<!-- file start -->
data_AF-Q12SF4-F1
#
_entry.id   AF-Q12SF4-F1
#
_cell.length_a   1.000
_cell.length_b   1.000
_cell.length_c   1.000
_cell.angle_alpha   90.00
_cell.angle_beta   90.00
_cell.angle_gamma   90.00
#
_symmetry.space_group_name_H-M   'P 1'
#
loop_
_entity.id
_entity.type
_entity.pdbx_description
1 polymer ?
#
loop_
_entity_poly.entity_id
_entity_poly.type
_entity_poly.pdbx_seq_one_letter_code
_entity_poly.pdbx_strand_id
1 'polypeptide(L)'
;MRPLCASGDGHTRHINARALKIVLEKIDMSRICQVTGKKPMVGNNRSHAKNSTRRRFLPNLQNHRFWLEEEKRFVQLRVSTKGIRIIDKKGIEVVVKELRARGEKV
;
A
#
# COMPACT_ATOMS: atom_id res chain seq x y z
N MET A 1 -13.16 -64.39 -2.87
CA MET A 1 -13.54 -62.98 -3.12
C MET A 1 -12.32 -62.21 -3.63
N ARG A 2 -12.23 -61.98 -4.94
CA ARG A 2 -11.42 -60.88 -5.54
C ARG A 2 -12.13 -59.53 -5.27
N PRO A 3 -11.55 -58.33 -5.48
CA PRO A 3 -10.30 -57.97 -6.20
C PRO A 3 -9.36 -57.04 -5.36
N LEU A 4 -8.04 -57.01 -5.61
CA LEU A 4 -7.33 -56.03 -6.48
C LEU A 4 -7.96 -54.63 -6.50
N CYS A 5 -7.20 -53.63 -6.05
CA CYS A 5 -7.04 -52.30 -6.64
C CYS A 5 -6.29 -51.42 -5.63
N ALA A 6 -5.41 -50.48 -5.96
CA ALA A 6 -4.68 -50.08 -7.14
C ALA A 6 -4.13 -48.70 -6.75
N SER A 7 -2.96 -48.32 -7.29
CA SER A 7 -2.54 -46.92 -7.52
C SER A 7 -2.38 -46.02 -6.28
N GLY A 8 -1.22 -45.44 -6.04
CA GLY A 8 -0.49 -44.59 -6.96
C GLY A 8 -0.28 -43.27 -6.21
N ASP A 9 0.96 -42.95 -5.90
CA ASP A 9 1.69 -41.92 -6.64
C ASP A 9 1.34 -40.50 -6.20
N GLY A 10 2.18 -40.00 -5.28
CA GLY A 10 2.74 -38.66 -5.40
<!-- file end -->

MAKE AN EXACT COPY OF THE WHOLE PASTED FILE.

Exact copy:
data_AF-Q12SF4-F1
#
_entry.id   AF-Q12SF4-F1
#
_cell.length_a   1.000
_cell.length_b   1.000
_cell.length_c   1.000
_cell.angle_alpha   90.00
_cell.angle_beta   90.00
_cell.angle_gamma   90.00
#
_symmetry.space_group_name_H-M   'P 1'
#
loop_
_entity.id
_entity.type
_entity.pdbx_description
1 polymer ?
#
loop_
_entity_poly.entity_id
_entity_poly.type
_entity_poly.pdbx_seq_one_letter_code
_entity_poly.pdbx_strand_id
1 'polypeptide(L)'
;MRPLCASGDGHTRHINARALKIVLEKIDMSRICQVTGKKPMVGNNRSHAKNSTRRRFLPNLQNHRFWLEEEKRFVQLRVSTKGIRIIDKKGIEVVVKELRARGEKV
;
A
#
# COMPACT_ATOMS: atom_id res chain seq x y z
N MET A 1 -13.16 -64.39 -2.87
CA MET A 1 -13.54 -62.98 -3.12
C MET A 1 -12.32 -62.21 -3.63
N ARG A 2 -12.23 -61.98 -4.94
CA ARG A 2 -11.42 -60.88 -5.54
C ARG A 2 -12.13 -59.53 -5.27
N PRO A 3 -11.55 -58.33 -5.48
CA PRO A 3 -10.30 -57.97 -6.20
C PRO A 3 -9.36 -57.04 -5.36
N LEU A 4 -8.04 -57.01 -5.61
CA LEU A 4 -7.33 -56.03 -6.48
C LEU A 4 -7.96 -54.63 -6.50
N CYS A 5 -7.20 -53.63 -6.05
CA CYS A 5 -7.04 -52.30 -6.64
C CYS A 5 -6.29 -51.42 -5.63
N ALA A 6 -5.41 -50.48 -5.96
CA ALA A 6 -4.68 -50.08 -7.14
C ALA A 6 -4.13 -48.70 -6.75
N SER A 7 -2.96 -48.32 -7.29
CA SER A 7 -2.54 -46.92 -7.52
C SER A 7 -2.38 -46.02 -6.28
N GLY A 8 -1.22 -45.44 -6.04
CA GLY A 8 -0.49 -44.59 -6.96
C GLY A 8 -0.28 -43.27 -6.21
N ASP A 9 0.96 -42.95 -5.90
CA ASP A 9 1.69 -41.92 -6.64
C ASP A 9 1.34 -40.50 -6.20
N GLY A 10 2.18 -40.00 -5.28
CA GLY A 10 2.74 -38.66 -5.40